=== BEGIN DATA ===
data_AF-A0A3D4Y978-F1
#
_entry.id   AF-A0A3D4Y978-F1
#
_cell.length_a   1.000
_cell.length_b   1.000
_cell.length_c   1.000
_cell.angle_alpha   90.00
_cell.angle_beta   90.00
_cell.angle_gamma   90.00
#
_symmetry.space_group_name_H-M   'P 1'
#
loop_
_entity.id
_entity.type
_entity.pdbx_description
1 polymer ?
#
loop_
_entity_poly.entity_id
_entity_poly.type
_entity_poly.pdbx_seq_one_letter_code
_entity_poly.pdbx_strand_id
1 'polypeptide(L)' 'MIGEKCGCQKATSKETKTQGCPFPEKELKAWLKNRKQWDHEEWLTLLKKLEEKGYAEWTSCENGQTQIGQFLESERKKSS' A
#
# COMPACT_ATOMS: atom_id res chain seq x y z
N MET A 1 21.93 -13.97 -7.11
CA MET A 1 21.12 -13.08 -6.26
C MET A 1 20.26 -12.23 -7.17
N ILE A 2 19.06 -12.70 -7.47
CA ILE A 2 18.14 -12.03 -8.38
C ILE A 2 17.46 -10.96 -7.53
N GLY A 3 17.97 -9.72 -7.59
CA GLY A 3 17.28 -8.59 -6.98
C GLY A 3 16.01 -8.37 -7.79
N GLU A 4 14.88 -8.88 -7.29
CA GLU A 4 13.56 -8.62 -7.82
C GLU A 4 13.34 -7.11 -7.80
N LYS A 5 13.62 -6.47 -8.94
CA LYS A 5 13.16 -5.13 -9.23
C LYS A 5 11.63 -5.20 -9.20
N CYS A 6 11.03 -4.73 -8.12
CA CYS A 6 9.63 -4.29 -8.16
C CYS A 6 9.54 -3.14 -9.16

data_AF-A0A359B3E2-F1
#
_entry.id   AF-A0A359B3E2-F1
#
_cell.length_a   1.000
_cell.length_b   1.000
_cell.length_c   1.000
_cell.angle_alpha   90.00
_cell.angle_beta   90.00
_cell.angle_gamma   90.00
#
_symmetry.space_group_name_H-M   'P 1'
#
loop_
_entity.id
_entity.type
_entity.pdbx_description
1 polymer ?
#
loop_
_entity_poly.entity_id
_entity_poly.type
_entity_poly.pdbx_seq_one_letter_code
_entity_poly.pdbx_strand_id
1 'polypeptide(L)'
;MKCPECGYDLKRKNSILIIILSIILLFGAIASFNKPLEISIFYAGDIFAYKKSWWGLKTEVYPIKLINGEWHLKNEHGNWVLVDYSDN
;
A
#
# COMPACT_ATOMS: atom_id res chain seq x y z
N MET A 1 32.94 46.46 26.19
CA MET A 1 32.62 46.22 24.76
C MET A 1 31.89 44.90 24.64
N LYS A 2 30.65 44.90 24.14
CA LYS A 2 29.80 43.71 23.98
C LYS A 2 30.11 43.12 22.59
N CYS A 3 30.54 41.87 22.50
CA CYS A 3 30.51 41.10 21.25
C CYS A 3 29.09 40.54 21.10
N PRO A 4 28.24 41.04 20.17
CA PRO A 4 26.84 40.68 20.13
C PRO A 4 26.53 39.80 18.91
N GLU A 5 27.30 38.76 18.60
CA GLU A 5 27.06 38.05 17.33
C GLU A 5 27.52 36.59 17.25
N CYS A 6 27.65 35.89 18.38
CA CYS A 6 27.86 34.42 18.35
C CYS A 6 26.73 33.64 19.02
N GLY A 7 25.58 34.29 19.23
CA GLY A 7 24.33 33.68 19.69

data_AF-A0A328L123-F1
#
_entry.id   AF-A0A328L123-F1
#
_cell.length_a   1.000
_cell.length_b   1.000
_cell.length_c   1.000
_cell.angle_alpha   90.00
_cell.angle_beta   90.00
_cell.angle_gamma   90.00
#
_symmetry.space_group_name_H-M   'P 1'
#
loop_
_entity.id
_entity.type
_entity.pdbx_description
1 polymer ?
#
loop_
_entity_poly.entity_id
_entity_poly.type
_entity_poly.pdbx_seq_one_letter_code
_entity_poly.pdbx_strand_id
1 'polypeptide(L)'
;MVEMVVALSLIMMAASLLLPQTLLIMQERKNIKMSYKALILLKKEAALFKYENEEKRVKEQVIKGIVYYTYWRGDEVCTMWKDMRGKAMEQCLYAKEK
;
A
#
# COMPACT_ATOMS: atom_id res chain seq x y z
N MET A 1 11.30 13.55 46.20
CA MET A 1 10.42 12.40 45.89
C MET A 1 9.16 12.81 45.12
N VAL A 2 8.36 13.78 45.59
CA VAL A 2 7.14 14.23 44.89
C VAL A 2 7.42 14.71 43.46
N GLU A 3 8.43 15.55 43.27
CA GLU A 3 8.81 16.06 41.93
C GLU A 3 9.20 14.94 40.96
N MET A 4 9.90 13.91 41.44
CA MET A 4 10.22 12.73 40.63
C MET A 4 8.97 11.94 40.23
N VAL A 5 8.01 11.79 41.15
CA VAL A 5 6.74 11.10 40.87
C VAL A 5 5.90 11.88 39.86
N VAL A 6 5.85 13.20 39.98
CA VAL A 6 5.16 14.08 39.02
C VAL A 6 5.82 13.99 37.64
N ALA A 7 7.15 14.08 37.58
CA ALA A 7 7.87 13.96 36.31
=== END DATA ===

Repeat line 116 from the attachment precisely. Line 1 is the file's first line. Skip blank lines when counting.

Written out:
_entity_poly.entity_id